Leo LaPorte, Buzz, Twitter and Facebook

by francine Hardaway on August 23, 2010

As someone who has followed Leo LaPorte on every platform and listens
to a couple of this shows regularly, I was pretty surprised by his
post about what a waste of time social media has been for him.  After leaving Facebook over its privacy rules, he now leaves Twitter and Buzz because no one saw his posts (a Buzz error) and no one noticed (not even him.)Although he recanted on TWiT yesterday, I still think Leo has a
fundamental misconception about what some of these platforms do, and
that is because,as he himself points out, he’s somewhat disengaged
from his own posts. I love Leo, but I am surprised he doesn’t know
what Dave Winer taught me years ago, that Twitter is a river, and
whether your post sparks a conversation is serendipitous: it depends
on when you post and what else is going on, as much as it does what
you say. That’s why, personally, I expect my tweets or buzzes to be
ephemera, and I don’t spend my life carefully crafting each tweet. My
tweets are jottings from my day, my reading, other people’s stuff —
anything I think someone else might like to know.

Admittedly some experts have a Twitter “strategy,” as Guy Kawasaki
does. He posts every 8 hours. That raises the odds that a given tweet
will be seen, and it’s call to action heeded. But for me, Twitter
isn’t about each tweet, but about the incredible people I have met and
learned from, the way my horizon has opened the issues facing people
in Iran and Pakistan, the way I felt able to share @queenofspain’s
illness or the special occasions of friends. My Twitter friends
(although of course not all of them), are a sort of family. And I find
this family helpful and supportive. But it’s because we are listening
to each other –not necessarily to each tweet — but over a long
period of time.

And as for the brands on Twitter, unless they are like Frank Eliason
and prepared to be truly useful, I ignore them.

The ephemeral quality of Twitter is the reason many people liked
Friendfeed. You could have a conversation there. But Facebook bought
Friendfeed, and it languishes like a ghost town.

However, where did the Friendfeed guys go? Facebook. And they took the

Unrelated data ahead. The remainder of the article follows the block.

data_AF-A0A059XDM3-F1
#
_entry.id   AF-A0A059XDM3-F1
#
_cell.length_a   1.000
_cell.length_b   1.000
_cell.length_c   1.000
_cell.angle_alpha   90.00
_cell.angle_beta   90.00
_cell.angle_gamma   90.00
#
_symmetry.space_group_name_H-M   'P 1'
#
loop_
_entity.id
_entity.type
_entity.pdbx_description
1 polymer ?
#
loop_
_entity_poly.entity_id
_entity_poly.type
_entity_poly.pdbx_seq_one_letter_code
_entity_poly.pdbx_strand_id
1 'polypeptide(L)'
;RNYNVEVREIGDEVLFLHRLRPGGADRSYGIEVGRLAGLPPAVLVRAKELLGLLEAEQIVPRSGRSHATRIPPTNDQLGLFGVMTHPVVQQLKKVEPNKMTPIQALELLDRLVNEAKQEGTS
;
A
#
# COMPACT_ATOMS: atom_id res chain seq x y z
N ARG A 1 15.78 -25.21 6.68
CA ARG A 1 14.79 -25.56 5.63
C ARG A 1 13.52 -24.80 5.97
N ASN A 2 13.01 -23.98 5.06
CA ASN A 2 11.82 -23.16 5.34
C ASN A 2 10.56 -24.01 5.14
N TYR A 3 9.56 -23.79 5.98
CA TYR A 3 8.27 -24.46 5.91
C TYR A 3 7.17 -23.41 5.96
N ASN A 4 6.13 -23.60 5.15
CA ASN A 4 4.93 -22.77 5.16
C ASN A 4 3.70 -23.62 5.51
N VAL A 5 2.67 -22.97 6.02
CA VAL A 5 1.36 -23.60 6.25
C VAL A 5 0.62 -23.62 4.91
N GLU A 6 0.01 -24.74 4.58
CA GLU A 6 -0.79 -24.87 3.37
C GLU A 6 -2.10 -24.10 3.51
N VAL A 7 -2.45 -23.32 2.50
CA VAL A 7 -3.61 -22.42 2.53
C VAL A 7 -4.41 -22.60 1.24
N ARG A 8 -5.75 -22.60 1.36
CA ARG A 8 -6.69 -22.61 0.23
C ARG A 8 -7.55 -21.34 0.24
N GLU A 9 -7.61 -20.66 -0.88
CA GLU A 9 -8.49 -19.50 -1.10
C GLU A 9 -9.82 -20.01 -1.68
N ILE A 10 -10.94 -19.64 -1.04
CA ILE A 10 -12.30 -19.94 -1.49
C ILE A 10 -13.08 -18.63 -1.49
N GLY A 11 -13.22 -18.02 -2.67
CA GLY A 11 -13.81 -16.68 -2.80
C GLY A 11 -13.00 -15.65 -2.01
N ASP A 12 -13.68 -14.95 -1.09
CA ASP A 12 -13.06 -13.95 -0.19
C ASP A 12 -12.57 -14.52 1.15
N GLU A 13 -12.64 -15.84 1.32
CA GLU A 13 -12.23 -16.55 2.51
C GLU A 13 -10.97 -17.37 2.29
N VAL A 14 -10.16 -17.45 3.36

conversation with them. The conversation is on Facebook, no matter
what you think of it’s privacy rules, or Mark Zuckerberg, or the
upcoming movie. Every time I post on Facebook, people spend hours
responding: long, intricate responses that share their own knowledge
and increase mine. Many evenings I have gone to bed and in the morning
found that the conversation has gone on all night in my absence!
Between my brother, and a friend of mine who disagree. Among women
trying to help each other on my wall. Among people who disagree with
my politics.

Facebook has the larger conversation that is outside the echo chamber
in which the geeks (and I am an interloper in the geek world) rant to
each other about whether the conversation should belong to me or to
you. The people on Facebook, even my intelligent, literate, educated
friends, only care that a conversation exists.

Leo, go back to Facebook. The conversation is waiting for you there.

{ 2 comments… read them below or add one }

jeremyvaught August 23, 2010 at 8:34 pm

Well said. And I agree. I don’t expect anyone to do anything with my Tweets, and am pleasantly surprised when they do. I figure most people are like myself. I probably reply to 5% of the tweets I read. So mine are getting read, I’m positive, just not always interacted with. In fact, I’m always amazed when people ask me about stuff in person, that I tweeted about. They read it, didn’t interact, but it had enough of an impact on them that they retained that information, and brought it up in person. I would say that is a success.

hardaway August 23, 2010 at 8:44 pm

That’s just how I feel. More important, I love to be able to reach out andrnshare knowledge, or comfort someone, or help someone. That’s what I lovernabout Twitter.

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